Thyroid Problems/Hashimotos

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Question
Hi, I had blood work done in December, TSH was 1.9 and both t3 t4 were in normal range.
I had been alternating between 50 mcg and 75 mcg but due to irregular periods and still feeling constantly tired, my doctor told me to strictly take 75 mcg.
Just recently had blood work done again and tsh went up to 5.45 and t3 and t4 were still in normal range.
The odd thing is that since I continued with only 75 mcg I have felt so much better. Periods are coming every month, I'm sleeping better, hair isn't falling out, steady energy most days.
How could my tsh go up so much in a short period of time after I've increased my dose? Also, my doctor increased my dose to 88 mcg but I'm concerned to go up because I feel perfectly normal but is it possible that I need the upgraded dose but don't have any symptoms?
I'm confused by all of this.

Thanks for your help!

Answer
1- If you have autoimmune thyroiditis ( confirmed with TPO antibodies, Thyroglobulin antibodies, and ultrasound) then you can fluctuate between hypothyroid and hyperthyroid.

If you are autoimmune (Hashimotos) then they are NOT addressing the Autoimmune aspect of the issue and your body can still attack your thyroid, symptoms or not.

They should be going by your symptoms for meds, but the TSH went up and they are taught to increase the meds because that should bring it back down.

Things to consider- there are many other nutrients needed for proper thyroid function including: selenium, iodine, zinc, Tyrosine etc. You could have good T3 and T4 but not converting well due to lack of good nutrients. Your adrenal glands need support by default when you have a thyroid issue, as they try to take up some of the thyroid's work- I highly recommend adaptogenic herbs to bring the body support and balance, those include Ashwaghanda, rhodiola and holy basil.

My range for TSH is 1.3-2.0. Really they should be going with your symptoms more than anything for medication changes, but TSH going up even more with less symptoms doesn't typically add up. And the medication going up from before, if anything, should have lowered your TSH not raised it.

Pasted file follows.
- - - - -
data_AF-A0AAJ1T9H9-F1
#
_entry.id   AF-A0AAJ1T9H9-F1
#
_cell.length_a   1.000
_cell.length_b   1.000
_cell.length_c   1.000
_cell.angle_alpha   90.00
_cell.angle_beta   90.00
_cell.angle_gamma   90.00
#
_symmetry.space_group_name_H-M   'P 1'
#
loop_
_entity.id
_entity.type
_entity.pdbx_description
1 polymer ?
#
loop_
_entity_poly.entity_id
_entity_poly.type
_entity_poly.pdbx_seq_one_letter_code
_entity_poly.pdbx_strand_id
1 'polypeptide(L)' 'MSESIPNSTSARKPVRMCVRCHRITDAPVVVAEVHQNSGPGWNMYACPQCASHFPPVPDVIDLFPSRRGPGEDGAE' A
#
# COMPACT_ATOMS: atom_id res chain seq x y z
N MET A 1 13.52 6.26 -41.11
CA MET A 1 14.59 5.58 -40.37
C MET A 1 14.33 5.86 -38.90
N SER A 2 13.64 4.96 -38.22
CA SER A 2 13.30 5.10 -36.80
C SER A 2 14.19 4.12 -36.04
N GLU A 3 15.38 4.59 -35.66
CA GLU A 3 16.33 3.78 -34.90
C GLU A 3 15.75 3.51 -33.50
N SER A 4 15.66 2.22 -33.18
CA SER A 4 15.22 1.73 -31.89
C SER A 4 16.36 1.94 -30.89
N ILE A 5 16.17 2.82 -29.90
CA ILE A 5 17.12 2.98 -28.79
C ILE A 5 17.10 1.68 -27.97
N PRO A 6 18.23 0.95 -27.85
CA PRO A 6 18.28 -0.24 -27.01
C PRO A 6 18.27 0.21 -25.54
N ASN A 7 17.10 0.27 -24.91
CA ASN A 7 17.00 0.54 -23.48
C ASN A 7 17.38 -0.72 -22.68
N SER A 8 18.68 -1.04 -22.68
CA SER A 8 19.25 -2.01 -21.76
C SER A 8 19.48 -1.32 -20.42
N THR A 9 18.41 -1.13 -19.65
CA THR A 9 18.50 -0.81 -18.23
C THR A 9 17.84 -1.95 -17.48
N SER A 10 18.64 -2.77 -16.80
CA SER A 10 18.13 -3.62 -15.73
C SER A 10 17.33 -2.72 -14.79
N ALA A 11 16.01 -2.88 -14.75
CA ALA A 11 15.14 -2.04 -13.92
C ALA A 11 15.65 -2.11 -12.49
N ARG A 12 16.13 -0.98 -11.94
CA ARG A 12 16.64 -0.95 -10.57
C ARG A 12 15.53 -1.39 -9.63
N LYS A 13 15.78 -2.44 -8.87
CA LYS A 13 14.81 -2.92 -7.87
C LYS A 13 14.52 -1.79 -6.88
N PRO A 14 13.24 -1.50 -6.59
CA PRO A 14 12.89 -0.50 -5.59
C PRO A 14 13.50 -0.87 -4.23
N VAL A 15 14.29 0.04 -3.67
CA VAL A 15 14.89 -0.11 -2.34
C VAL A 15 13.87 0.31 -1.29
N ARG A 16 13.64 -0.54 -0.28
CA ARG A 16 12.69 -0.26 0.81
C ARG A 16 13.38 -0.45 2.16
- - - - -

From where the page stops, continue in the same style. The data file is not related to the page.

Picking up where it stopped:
IF you are Hashimotos, you need to eliminate gluten, dairy and soy from your diet they are known contributors to auto immunue issues and goitrogens as well. There are ways to limit the attack of the immune system to the body, through a lot of digestive healing, so I do encourage if this is your case you seek out a functional medicine doctor or naturopath as they are very good at helping with these issues.

Hope this is helpful.

Dr. Kalli Prater, D.C.
www.relaxattranquility.com

Thyroid Problems

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Dr. Kalli Prater

Expertise

Questions pertaining to the holistic treatment of thyroid disorders including nutrition and supplementation for Hashimoto's, hypo and hyper thyroidism. Questions relating to Lab tests and proper lab testing for thyroid conditions as well.

Experience

As a functional medicine focused practitioner the majority of my practice has focused around Thyroid conditions. I help people to switch to less toxic medications through educating their prescribing physician, support thyroid function with diet/nutrition and natural supplementation as well as educate the patient on support for other systems effected by Thyroid disorders.

Organizations
American Chiropractic Association

Education/Credentials
Bachelor of Science from Central Michigan University in Sports Medicine Doctor of Chiropractic Medicine from the National University of Health Sciences 100 Hour Acupuncture Certificate

Awards and Honors
Best of the Fox Women's Health Center 2015

Past/Present Clients
Many patients come in to me having been on medications for years still feeling horrible from their condition but told they are "fine" based on lab testing. Other's come to me after having had their "thyroid checked many times over the years and it's normal" to find that many doctors are not properly running lab tests to determine if people have an auto immune attack to their thyroid or looking at more than just TSH levels which checks your pituitary function.

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